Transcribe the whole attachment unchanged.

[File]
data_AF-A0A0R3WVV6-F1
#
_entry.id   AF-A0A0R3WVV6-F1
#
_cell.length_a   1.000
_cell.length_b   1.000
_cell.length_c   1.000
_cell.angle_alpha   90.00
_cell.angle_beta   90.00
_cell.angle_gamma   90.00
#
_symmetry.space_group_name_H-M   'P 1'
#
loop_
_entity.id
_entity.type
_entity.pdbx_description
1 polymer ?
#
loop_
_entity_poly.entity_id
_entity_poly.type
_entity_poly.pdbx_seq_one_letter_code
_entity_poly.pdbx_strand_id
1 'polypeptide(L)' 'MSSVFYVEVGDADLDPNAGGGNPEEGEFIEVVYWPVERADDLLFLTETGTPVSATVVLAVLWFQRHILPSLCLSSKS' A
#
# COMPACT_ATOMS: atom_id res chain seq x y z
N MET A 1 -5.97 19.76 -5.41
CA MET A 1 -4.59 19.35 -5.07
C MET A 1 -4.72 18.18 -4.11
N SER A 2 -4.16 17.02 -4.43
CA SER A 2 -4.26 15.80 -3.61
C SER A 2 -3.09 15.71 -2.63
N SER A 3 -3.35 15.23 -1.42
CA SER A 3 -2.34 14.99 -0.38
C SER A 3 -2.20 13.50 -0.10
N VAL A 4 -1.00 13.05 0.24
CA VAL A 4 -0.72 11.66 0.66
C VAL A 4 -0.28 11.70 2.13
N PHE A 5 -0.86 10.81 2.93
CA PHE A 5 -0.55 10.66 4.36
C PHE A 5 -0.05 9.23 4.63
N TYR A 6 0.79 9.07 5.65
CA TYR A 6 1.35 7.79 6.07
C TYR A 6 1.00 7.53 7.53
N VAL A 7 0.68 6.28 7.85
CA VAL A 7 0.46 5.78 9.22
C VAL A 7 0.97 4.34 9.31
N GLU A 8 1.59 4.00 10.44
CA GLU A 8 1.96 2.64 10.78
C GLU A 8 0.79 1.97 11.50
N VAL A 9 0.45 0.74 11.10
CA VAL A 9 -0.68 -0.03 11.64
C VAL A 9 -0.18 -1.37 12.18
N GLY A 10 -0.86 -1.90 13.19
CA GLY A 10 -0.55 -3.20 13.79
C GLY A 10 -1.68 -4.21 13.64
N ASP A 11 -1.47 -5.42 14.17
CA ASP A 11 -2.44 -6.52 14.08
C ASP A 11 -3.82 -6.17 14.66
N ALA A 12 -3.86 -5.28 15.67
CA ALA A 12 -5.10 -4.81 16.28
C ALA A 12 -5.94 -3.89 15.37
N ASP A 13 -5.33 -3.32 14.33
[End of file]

data_AF-A0A0R3WVV6-F1
#
_entry.id   AF-A0A0R3WVV6-F1
#
_cell.length_a   1.000
_cell.length_b   1.000
_cell.length_c   1.000
_cell.angle_alpha   90.00
_cell.angle_beta   90.00
_cell.angle_gamma   90.00
#
_symmetry.space_group_name_H-M   'P 1'
#
loop_
_entity.id
_entity.type
_entity.pdbx_description
1 polymer ?
#
loop_
_entity_poly.entity_id
_entity_poly.type
_entity_poly.pdbx_seq_one_letter_code
_entity_poly.pdbx_strand_id
1 'polypeptide(L)' 'MSSVFYVEVGDADLDPNAGGGNPEEGEFIEVVYWPVERADDLLFLTETGTPVSATVVLAVLWFQRHILPSLCLSSKS' A
#
# COMPACT_ATOMS: atom_id res chain seq x y z
N MET A 1 -5.97 19.76 -5.41
CA MET A 1 -4.59 19.35 -5.07
C MET A 1 -4.72 18.18 -4.11
N SER A 2 -4.16 17.02 -4.43
CA SER A 2 -4.26 15.80 -3.61
C SER A 2 -3.09 15.71 -2.63
N SER A 3 -3.35 15.23 -1.42
CA SER A 3 -2.34 14.99 -0.38
C SER A 3 -2.20 13.50 -0.10
N VAL A 4 -1.00 13.05 0.24
CA VAL A 4 -0.72 11.66 0.66
C VAL A 4 -0.28 11.70 2.13
N PHE A 5 -0.86 10.81 2.93
CA PHE A 5 -0.55 10.66 4.36
C PHE A 5 -0.05 9.23 4.63
N TYR A 6 0.79 9.07 5.65
CA TYR A 6 1.35 7.79 6.07
C TYR A 6 1.00 7.53 7.53
N VAL A 7 0.68 6.28 7.85
CA VAL A 7 0.46 5.78 9.22
C VAL A 7 0.97 4.34 9.31
N GLU A 8 1.59 4.00 10.44
CA GLU A 8 1.96 2.64 10.78
C GLU A 8 0.79 1.97 11.50
N VAL A 9 0.45 0.74 11.10
CA VAL A 9 -0.68 -0.03 11.64
C VAL A 9 -0.18 -1.37 12.18
N GLY A 10 -0.86 -1.90 13.19
CA GLY A 10 -0.55 -3.20 13.79
C GLY A 10 -1.68 -4.21 13.64
N ASP A 11 -1.47 -5.42 14.17
CA ASP A 11 -2.44 -6.52 14.08
C ASP A 11 -3.82 -6.17 14.66
N ALA A 12 -3.86 -5.28 15.67
CA ALA A 12 -5.10 -4.81 16.28
C ALA A 12 -5.94 -3.89 15.37
N ASP A 13 -5.33 -3.32 14.33